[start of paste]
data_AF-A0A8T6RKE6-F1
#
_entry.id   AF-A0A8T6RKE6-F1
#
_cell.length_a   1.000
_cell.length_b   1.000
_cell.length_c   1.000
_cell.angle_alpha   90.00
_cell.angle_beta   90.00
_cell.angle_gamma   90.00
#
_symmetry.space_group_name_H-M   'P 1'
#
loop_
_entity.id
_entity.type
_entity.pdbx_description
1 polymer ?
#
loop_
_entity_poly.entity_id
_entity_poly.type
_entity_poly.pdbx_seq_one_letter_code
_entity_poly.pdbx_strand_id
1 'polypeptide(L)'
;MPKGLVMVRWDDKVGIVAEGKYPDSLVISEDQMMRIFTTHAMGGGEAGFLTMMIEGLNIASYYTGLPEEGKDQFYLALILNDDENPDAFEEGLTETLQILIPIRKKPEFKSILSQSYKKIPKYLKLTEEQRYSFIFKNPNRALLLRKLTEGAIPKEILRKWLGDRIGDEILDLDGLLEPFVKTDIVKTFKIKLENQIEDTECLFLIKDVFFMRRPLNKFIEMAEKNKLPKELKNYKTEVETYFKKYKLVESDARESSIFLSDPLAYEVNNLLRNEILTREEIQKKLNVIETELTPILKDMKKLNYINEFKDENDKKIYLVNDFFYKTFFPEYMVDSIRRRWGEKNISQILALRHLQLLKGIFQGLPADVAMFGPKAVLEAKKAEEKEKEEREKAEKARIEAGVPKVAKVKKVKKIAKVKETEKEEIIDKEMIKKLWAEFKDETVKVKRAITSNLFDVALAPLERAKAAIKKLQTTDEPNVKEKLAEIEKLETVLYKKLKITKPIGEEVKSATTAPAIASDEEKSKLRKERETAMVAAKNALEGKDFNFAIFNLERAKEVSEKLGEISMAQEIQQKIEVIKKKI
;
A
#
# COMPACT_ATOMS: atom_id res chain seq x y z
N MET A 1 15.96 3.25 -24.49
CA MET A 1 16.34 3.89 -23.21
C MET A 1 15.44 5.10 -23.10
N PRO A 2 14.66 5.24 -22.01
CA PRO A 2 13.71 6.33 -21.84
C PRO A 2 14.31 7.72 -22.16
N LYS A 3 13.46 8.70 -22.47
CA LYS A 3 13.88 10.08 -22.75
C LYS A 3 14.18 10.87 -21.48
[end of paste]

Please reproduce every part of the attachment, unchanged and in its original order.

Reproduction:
data_AF-A0A8T6RKE6-F1
#
_entry.id   AF-A0A8T6RKE6-F1
#
_cell.length_a   1.000
_cell.length_b   1.000
_cell.length_c   1.000
_cell.angle_alpha   90.00
_cell.angle_beta   90.00
_cell.angle_gamma   90.00
#
_symmetry.space_group_name_H-M   'P 1'
#
loop_
_entity.id
_entity.type
_entity.pdbx_description
1 polymer ?
#
loop_
_entity_poly.entity_id
_entity_poly.type
_entity_poly.pdbx_seq_one_letter_code
_entity_poly.pdbx_strand_id
1 'polypeptide(L)'
;MPKGLVMVRWDDKVGIVAEGKYPDSLVISEDQMMRIFTTHAMGGGEAGFLTMMIEGLNIASYYTGLPEEGKDQFYLALILNDDENPDAFEEGLTETLQILIPIRKKPEFKSILSQSYKKIPKYLKLTEEQRYSFIFKNPNRALLLRKLTEGAIPKEILRKWLGDRIGDEILDLDGLLEPFVKTDIVKTFKIKLENQIEDTECLFLIKDVFFMRRPLNKFIEMAEKNKLPKELKNYKTEVETYFKKYKLVESDARESSIFLSDPLAYEVNNLLRNEILTREEIQKKLNVIETELTPILKDMKKLNYINEFKDENDKKIYLVNDFFYKTFFPEYMVDSIRRRWGEKNISQILALRHLQLLKGIFQGLPADVAMFGPKAVLEAKKAEEKEKEEREKAEKARIEAGVPKVAKVKKVKKIAKVKETEKEEIIDKEMIKKLWAEFKDETVKVKRAITSNLFDVALAPLERAKAAIKKLQTTDEPNVKEKLAEIEKLETVLYKKLKITKPIGEEVKSATTAPAIASDEEKSKLRKERETAMVAAKNALEGKDFNFAIFNLERAKEVSEKLGEISMAQEIQQKIEVIKKKI
;
A
#
# COMPACT_ATOMS: atom_id res chain seq x y z
N MET A 1 15.96 3.25 -24.49
CA MET A 1 16.34 3.89 -23.21
C MET A 1 15.44 5.10 -23.10
N PRO A 2 14.66 5.24 -22.01
CA PRO A 2 13.71 6.33 -21.84
C PRO A 2 14.31 7.72 -22.16
N LYS A 3 13.46 8.70 -22.47
CA LYS A 3 13.88 10.08 -22.75
C LYS A 3 14.18 10.87 -21.48